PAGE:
Support in Patient Care Administration
Hospitals need primary care that participates in guiding all aspects of the patient experience—including the administrative aspects that many PCPs would rather avoid. Physicians are often the first to learn of burgeoning payment problems, patient compliance, staffing issues, or patient risks, so their involvement is essential.

Once expectations are set, it’s critical to provide support to PCPs in accomplishing these tasks. Common issues include:

Payer Complications
Physicians are face-to-face with patients, and their services generate the bills. They need to understand that they are responsible for assuring that there is a satisfactory resolution when a patient has problems with a payer—including discussing it with billing and/or office management personnel, or even calling an insurer when required.

Newly recruited physicians need to be sure that insurers have properly switched their patients to their new location, or that their patients have “re-chosen” them as their primary care physician.

Emergency Department Utilization
If PCPs are to be willing to prevent excess use of the emergency department, they need “structural assistance” within the practice. Patients with urgent issues need to be able to reach the practice after hours and get immediate guidance on where to go (or reassurance, if that’s what’s needed) from a clinician with full access to the patient’s record. If the practice is large enough, perhaps a block of daytime visits can be left open to handle urgent/emergency patients, so they can be told to come in during that block rather than going to the ED (assuming they are not in immediate danger).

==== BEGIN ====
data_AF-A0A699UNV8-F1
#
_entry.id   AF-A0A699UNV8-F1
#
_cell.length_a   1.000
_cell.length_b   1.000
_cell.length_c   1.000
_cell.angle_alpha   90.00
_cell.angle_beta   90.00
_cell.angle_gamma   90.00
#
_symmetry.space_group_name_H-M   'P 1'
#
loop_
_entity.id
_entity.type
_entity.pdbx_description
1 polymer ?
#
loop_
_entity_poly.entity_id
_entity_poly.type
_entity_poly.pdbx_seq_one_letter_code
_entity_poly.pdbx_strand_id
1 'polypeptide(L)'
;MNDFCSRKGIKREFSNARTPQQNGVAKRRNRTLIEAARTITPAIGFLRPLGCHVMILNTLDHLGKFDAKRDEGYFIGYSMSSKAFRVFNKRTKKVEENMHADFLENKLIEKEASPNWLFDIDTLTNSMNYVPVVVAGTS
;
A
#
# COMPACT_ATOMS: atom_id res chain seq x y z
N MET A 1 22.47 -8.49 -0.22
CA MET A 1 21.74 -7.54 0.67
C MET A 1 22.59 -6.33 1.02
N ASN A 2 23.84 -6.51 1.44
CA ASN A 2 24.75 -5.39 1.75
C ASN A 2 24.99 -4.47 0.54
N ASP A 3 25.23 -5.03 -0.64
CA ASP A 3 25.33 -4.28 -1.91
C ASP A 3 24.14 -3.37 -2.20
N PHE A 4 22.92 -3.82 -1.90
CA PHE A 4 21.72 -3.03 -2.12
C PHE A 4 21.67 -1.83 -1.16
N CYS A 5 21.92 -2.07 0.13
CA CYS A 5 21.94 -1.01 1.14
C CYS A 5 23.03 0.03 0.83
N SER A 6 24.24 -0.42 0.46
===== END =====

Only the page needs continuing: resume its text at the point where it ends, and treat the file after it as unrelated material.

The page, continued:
Complaints and Guided Referrals
With electronic health records, it’s not hard for a practice to collect feedback on their visits from each patient. The question is what happens with that information. If the practice is the center of everything regarding the patient—and it should be—then it should be the practice that responds to the individual patient.